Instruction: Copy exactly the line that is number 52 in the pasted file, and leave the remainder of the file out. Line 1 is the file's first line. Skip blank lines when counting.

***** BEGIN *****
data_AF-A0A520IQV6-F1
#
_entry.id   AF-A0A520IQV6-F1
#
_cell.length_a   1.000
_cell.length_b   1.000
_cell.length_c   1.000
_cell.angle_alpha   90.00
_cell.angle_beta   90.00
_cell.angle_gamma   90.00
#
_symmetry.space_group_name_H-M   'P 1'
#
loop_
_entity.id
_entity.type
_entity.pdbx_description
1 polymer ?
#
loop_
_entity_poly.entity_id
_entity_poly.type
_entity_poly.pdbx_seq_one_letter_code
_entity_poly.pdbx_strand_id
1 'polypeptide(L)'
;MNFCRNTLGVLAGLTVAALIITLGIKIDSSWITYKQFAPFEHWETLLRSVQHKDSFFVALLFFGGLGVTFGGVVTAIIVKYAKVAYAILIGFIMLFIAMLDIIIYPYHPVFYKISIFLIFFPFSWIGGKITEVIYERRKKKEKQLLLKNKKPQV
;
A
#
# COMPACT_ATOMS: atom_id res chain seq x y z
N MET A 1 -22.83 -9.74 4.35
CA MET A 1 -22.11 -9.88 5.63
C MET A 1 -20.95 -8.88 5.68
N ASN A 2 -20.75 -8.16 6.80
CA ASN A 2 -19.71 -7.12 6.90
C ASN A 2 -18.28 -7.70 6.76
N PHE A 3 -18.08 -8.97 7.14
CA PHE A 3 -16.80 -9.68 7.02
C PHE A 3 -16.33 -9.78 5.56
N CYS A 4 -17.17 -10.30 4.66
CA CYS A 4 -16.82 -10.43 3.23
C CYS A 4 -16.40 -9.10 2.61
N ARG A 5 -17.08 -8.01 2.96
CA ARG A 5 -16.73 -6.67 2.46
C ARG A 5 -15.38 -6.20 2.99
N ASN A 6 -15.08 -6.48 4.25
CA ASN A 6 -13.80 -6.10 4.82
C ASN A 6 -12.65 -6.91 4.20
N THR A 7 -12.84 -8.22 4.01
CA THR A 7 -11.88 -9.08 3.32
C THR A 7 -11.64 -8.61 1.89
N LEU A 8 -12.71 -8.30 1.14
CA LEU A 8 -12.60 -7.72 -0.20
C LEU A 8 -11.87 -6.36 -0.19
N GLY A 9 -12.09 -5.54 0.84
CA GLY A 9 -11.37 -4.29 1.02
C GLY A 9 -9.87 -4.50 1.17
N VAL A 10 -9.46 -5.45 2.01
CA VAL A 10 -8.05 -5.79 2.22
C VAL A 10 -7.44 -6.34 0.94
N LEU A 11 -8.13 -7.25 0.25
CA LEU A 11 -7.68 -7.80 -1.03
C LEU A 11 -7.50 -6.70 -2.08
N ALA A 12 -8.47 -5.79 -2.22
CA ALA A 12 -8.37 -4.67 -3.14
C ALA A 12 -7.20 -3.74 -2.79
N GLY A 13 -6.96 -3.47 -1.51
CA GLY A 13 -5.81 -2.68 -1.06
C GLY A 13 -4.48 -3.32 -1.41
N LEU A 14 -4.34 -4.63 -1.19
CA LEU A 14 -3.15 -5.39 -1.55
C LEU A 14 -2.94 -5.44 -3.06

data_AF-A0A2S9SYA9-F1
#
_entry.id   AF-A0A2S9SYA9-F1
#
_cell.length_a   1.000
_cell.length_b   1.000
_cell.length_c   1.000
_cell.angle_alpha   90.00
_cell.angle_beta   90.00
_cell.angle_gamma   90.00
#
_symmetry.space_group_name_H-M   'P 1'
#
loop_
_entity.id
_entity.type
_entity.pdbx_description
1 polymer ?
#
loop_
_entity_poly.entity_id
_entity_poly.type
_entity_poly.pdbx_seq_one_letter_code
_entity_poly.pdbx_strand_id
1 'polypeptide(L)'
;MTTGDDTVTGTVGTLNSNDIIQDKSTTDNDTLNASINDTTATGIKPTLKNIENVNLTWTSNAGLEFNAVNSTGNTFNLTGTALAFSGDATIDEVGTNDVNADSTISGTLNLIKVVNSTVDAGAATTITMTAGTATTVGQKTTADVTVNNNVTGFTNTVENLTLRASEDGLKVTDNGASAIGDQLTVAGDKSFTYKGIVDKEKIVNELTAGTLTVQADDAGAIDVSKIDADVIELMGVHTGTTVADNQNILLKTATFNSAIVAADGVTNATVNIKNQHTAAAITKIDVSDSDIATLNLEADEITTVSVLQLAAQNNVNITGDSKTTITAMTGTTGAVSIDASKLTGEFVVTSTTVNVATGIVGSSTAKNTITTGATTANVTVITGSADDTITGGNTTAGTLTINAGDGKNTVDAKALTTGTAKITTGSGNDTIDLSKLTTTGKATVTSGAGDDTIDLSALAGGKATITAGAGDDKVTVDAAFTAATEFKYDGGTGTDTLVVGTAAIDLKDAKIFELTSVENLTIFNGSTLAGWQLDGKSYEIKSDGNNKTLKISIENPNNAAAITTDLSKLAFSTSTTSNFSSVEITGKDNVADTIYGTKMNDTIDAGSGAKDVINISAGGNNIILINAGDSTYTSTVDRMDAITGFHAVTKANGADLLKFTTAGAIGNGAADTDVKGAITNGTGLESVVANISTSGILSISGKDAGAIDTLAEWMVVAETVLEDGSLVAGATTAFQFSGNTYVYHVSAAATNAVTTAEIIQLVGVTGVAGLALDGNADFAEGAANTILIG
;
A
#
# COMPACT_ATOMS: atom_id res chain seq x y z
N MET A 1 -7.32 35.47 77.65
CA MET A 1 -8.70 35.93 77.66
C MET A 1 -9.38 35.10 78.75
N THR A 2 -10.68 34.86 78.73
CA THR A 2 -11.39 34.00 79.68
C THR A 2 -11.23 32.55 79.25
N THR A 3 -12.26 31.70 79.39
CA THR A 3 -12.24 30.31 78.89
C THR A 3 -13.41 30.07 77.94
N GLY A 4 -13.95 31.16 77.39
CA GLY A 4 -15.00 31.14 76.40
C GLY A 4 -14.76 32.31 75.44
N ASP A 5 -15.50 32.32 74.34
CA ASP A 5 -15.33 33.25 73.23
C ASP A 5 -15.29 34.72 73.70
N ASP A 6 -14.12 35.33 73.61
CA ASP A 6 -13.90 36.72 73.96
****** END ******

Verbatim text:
N LEU A 8 -12.71 -8.30 1.14